Pediatrics, part 64: Gastrointestinal Disorders - Failure to Thrive and Colic


Cathy discusses failure to thrive (FTT) and colic. She discusses the risk factors, signs/symptoms, labs, diagnosis, treatment, and family teaching for failure to thrive. Cathy then discusses signs/symptoms, diagnosis, treatment, and family teaching for colic. At the end of the video, she provides a quick quiz to test your understanding of key points she made in the video.

  • 00:00 Introduction
  • 00:25 Failure to Thrive (FTT)
  • 2:24 Colic
  • 4:20 Quiz Time!

Full Transcript: Pediatrics, part 64: Gastrointestinal Disorders - Failure to Thrive and Colic

Hi, I'm Cathy with Level Up RN. In this video, I will be discussing failure to thrive as well as colic. And at the end of the video, I'm going to give you guys a little quiz to test your understanding of some of the key points I'll be covering. So definitely stay tuned for that. And if you have our Level Up RN pediatric nursing flashcards, go ahead and pull out your flashcards so you can follow along with me.

Failure to thrive is where we have inadequate weight gain in a pediatric patient. This may be due to insufficient calorie intake, insufficient calorie absorption, or excess calorie expenditure. So some key risk factors that may be present in a patient with failure to thrive include low socioeconomic status as well as increased psychosocial stress in the home, such as neglect or an impaired child caregiver relationship. Signs and symptoms of failure to thrive include a weight that is below the 5th percentile on the growth chart, as well as developmental delays and decreased levels of prealbumin with blood work. In terms of diagnosis, it is important to identify any underlying medical conditions that may be contributing to the child's growth delay. So if there is an underlying cause such as cystic fibrosis or hyperthyroidism, for example, then we would obviously want to address that.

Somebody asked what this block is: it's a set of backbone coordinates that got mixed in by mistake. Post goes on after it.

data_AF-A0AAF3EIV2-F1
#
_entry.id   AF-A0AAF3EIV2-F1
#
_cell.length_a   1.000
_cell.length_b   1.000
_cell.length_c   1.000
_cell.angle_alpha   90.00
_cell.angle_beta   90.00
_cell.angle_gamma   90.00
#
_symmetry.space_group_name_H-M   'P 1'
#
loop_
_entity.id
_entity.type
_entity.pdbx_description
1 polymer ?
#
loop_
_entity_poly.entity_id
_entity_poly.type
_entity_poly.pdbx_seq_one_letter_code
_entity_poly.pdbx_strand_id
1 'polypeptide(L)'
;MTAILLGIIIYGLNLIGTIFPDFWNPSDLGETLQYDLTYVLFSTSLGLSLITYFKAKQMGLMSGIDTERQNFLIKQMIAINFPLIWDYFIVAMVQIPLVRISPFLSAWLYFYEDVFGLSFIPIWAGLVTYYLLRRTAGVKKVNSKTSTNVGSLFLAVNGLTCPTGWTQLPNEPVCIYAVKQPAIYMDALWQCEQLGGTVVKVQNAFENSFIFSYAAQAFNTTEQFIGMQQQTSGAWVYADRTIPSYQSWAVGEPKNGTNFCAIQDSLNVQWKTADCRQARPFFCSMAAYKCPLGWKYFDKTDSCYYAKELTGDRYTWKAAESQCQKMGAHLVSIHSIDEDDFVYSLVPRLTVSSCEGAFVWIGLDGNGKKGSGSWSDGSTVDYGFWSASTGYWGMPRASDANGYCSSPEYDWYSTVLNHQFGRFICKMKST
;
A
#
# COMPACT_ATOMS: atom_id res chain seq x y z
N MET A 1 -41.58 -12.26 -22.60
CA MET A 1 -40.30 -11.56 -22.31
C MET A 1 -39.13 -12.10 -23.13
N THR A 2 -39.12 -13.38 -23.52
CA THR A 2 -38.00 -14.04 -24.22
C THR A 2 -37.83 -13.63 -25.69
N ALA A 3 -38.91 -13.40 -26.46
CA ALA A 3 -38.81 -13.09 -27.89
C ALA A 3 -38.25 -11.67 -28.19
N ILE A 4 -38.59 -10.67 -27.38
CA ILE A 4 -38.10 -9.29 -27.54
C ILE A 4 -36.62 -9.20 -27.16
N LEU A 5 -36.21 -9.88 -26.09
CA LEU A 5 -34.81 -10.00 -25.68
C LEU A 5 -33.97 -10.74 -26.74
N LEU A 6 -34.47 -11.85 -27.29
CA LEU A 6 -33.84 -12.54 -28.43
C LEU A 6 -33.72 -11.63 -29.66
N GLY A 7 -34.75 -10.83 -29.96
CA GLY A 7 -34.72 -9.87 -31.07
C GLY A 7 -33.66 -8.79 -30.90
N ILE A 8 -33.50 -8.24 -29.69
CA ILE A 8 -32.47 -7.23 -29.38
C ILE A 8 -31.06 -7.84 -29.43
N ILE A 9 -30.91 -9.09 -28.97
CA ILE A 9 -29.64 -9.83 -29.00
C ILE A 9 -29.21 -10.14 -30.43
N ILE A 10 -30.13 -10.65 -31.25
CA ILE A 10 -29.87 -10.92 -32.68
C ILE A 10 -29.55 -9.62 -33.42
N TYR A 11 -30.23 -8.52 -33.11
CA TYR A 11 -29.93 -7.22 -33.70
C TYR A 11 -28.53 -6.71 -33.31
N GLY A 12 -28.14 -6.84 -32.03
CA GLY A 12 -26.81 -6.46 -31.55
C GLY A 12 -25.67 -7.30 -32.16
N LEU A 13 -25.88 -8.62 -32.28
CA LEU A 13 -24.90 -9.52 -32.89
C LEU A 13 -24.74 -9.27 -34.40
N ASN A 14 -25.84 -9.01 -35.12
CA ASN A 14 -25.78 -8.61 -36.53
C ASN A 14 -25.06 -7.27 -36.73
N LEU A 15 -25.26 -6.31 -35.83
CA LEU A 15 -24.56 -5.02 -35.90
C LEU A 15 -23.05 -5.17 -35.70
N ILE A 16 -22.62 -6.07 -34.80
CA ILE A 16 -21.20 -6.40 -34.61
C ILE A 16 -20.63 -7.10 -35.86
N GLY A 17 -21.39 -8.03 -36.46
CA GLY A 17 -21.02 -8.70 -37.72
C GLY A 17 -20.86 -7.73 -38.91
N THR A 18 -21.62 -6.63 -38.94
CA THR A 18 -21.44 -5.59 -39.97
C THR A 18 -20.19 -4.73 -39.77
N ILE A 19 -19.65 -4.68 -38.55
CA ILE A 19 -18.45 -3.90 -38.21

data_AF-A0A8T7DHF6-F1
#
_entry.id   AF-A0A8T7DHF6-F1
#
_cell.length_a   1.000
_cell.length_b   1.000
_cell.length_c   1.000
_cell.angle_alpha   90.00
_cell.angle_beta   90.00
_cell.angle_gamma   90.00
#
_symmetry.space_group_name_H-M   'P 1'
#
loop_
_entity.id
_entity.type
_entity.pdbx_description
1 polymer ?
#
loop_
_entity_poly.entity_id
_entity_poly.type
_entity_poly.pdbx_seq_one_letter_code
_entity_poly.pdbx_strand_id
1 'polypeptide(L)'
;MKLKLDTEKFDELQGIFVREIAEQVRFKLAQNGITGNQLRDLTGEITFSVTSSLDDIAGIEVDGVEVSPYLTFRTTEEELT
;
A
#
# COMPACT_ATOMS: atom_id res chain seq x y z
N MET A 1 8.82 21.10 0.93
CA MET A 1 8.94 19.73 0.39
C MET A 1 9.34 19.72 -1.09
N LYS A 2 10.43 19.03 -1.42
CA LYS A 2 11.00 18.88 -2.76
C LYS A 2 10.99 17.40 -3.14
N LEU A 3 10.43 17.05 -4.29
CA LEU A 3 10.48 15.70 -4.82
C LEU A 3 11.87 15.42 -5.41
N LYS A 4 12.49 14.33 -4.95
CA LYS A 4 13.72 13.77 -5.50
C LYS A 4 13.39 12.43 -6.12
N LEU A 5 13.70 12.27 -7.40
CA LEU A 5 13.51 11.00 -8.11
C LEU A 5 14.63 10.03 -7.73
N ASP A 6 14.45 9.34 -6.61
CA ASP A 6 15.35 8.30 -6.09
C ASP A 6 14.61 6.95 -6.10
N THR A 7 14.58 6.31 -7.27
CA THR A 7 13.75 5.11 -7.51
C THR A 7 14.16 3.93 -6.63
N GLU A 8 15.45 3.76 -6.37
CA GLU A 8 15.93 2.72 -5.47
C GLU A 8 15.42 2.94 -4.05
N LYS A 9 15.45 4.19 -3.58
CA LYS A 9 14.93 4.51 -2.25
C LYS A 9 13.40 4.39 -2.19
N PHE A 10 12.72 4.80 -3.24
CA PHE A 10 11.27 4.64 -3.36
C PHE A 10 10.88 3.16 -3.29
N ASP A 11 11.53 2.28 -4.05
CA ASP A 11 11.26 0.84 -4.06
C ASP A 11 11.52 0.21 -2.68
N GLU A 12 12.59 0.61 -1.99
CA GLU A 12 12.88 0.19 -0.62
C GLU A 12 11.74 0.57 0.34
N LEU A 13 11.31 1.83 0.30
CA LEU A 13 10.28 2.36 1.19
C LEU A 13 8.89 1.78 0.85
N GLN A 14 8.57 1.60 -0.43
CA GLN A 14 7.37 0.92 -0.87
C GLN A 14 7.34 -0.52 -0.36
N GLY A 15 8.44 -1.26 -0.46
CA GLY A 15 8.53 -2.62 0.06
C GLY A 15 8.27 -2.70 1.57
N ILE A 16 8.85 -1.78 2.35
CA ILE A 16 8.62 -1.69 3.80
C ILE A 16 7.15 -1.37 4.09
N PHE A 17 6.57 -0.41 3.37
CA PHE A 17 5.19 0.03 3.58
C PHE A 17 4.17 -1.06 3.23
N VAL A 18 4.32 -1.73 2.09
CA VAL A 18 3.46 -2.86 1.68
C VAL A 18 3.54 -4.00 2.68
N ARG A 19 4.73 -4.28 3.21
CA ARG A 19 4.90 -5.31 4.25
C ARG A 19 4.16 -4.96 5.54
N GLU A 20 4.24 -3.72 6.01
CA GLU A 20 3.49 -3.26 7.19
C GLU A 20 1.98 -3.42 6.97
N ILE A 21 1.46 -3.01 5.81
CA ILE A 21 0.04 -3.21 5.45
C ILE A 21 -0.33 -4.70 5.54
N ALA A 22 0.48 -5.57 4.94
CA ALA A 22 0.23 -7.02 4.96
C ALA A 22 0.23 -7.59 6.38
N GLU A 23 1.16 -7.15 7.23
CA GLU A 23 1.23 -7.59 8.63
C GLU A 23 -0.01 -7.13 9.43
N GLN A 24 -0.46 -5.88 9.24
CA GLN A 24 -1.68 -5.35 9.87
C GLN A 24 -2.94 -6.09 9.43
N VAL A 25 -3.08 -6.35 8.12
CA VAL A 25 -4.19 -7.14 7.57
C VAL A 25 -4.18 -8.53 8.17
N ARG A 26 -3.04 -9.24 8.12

In the absence of any underlying medical condition, the focus of treatment is really on increasing calorie intake and addressing any issues with feeding behaviors. Increasing calorie intake may include concentrating formula for infants and replacing whole milk with high-calorie milk drinks for toddlers. Severe cases of failure to thrive may require tube feedings or parenteral nutrition. In terms of family teaching, it's important for caretakers to understand their child's nutritional requirements and the importance of establishing regular mealtimes and routines. And then juice consumption as well as other empty calories should be limited.

Moving on to colic now. Colic is defined as inconsolable infant crying and screaming without an obvious cause. So signs and symptoms of colic include continual crying and screaming that is unrelieved by soothing. The infant will often appear red-faced with their legs drawn up. So in terms of diagnosis of colic, it's important to rule out any underlying condition that may be causing the infant's symptoms, such as an infection. In most cases, however, an underlying cause for inconsolable crying is not found. So diagnosis of colic is based on the rule of threes. So episodes lasting more than three hours per day, more than three days a week, and for over three weeks. In addition, symptoms usually start around three weeks of age.

Treatment of colic is supportive and may include swaddling, massage, and providing a quiet, dark environment for the infant. There is also some evidence to suggest that in breastfed infants, probiotics and a strict maternal hypoallergenic diet may help reduce symptoms. Colic is obviously very difficult for parents to deal with. And it's important to reassure families that colic usually self-resolves by four months of age. It is also important to teach coping strategies to prevent injury to the infant. So caregivers should never shake a baby, which can lead to brain damage and death. If needed, the caretaker should be advised to lay the crying infant safely in their crib and walk away in order to prevent harming the infant.

All right. It's quiz time, and I've got three questions for you.

Question number one, with failure to thrive, the child's weight is below blank percent on the growth chart.

The answer is 5.

Question number two. Colic is diagnosed when crying episodes last more than blank hours a day, over blank days a week, and for more than blank weeks?

The answer is three, three, and three based on the rule of threes that we talked about earlier.

Question number three, if a caretaker is at risk for harming a colicky baby, what should they do instead?

The answer is lay the crying infant safely in the crib and walk away.

All right. That is it for this video.

I hope you found it to be helpful. Take care and good luck with studying.

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